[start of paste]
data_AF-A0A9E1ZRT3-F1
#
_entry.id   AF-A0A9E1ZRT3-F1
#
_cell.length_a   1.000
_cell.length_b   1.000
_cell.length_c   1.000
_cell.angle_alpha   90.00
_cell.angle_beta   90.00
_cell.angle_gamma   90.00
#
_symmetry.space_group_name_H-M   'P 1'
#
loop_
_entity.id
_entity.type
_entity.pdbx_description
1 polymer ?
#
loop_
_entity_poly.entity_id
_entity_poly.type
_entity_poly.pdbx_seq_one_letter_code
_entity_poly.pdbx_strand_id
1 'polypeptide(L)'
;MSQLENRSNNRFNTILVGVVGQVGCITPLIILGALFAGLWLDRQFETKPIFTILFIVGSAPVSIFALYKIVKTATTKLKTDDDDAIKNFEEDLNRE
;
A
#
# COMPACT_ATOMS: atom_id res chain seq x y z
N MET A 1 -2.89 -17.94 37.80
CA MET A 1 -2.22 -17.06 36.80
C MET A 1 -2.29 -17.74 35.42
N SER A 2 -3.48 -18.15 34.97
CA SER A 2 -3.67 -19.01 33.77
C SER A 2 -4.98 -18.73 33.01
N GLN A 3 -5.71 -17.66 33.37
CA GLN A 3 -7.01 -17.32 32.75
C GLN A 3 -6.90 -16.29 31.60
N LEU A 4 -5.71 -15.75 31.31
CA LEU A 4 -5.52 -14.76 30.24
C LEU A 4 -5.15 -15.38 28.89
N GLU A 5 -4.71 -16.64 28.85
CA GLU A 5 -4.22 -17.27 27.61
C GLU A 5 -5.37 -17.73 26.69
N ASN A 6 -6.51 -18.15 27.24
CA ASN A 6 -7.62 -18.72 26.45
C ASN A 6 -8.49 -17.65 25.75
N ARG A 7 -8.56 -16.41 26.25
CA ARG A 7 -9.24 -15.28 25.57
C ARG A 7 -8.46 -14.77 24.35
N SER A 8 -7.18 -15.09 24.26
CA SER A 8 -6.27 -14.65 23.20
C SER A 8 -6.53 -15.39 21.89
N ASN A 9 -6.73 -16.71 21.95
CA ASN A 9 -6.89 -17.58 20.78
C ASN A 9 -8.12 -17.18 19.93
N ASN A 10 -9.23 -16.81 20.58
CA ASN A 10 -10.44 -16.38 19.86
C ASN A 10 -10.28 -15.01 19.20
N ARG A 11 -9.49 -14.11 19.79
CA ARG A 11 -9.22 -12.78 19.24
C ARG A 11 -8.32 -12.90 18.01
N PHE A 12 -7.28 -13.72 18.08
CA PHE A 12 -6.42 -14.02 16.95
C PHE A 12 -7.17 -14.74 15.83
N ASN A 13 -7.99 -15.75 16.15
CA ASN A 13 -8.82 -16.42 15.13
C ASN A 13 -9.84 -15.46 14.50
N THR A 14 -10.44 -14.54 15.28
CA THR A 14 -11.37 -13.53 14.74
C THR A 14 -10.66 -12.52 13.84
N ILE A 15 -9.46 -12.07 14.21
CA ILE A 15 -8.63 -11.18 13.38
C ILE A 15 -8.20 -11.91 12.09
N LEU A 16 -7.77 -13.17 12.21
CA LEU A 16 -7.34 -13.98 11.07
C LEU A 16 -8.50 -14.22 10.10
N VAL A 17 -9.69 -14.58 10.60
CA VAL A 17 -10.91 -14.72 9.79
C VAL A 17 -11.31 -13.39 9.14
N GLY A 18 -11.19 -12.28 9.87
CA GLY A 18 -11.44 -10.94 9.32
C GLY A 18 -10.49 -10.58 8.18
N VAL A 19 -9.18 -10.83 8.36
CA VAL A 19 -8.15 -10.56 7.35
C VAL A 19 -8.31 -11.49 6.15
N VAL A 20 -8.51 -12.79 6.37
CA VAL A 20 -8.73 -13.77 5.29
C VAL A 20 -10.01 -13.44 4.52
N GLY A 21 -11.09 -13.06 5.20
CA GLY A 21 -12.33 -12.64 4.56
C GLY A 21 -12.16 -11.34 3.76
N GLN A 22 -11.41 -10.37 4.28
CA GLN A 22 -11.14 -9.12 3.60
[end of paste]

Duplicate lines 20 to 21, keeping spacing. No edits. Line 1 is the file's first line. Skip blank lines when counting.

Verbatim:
loop_
_entity_poly.entity_id